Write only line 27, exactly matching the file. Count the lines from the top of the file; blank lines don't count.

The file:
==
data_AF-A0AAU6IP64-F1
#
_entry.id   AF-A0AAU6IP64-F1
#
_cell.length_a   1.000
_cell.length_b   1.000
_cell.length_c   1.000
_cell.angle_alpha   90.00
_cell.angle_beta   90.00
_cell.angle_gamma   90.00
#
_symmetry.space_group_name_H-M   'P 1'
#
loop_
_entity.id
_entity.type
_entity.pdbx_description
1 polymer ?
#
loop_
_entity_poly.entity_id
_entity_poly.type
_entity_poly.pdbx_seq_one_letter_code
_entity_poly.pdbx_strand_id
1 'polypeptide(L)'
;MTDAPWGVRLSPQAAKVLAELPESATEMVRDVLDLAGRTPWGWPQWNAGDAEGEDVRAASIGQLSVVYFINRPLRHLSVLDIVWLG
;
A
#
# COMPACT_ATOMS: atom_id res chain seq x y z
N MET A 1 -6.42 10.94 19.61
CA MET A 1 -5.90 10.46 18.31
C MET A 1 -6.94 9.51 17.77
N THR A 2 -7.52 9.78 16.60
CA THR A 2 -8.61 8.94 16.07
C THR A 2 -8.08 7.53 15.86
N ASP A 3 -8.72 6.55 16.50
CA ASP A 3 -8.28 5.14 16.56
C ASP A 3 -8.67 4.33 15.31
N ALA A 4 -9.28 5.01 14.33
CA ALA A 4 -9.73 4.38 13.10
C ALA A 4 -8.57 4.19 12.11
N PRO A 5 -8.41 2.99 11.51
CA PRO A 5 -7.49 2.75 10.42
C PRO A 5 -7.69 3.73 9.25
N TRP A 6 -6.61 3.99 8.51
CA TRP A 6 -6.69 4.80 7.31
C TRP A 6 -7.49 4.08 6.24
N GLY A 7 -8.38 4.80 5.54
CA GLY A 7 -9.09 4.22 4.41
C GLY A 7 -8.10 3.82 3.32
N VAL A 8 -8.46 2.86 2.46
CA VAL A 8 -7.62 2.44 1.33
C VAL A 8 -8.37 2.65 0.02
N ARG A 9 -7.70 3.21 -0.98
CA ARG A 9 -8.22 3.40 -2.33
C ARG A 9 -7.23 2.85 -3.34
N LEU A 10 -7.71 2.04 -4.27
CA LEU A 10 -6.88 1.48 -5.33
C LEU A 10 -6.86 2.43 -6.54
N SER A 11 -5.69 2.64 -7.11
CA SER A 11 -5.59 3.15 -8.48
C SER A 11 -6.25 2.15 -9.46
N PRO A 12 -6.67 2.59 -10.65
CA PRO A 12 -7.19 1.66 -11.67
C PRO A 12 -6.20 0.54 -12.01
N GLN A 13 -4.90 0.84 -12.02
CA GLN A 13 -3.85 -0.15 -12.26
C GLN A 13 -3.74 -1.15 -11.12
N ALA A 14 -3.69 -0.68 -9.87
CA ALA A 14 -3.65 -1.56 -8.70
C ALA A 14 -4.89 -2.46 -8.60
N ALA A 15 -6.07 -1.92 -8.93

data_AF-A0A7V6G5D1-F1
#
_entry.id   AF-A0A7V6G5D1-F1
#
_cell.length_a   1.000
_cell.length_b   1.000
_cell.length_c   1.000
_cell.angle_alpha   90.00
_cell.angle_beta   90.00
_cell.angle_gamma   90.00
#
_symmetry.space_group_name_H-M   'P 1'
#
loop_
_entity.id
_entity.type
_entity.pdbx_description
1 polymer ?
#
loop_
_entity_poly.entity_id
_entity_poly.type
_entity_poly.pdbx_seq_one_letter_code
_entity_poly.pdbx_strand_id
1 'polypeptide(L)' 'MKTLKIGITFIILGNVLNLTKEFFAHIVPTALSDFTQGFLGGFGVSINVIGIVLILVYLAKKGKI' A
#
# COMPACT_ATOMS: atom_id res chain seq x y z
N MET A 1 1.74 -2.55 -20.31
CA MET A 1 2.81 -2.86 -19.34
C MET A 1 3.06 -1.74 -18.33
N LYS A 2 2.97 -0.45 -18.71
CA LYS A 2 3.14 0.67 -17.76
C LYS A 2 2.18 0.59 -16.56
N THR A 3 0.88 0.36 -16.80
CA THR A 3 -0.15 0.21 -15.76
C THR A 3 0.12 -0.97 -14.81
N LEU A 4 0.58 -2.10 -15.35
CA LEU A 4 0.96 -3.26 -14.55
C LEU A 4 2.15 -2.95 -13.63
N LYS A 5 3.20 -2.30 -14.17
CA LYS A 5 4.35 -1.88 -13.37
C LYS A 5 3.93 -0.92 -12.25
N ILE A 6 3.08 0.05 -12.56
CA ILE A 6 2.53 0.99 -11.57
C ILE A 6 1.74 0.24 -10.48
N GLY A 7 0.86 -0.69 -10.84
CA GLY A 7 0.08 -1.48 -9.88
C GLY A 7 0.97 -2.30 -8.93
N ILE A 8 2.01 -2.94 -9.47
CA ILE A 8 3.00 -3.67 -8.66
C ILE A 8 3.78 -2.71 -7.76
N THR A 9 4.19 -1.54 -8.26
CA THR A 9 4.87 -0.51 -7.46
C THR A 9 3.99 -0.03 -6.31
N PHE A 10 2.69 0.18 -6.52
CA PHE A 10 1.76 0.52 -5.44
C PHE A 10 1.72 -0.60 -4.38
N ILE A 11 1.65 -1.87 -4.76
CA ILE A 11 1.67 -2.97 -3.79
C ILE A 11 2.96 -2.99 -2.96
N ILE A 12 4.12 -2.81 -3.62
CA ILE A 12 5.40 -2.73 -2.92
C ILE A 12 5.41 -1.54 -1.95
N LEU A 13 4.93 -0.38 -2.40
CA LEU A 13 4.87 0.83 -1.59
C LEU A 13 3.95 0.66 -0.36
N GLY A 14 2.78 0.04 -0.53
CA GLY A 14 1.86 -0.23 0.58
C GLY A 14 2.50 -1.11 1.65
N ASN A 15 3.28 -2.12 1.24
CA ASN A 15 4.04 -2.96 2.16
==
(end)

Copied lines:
;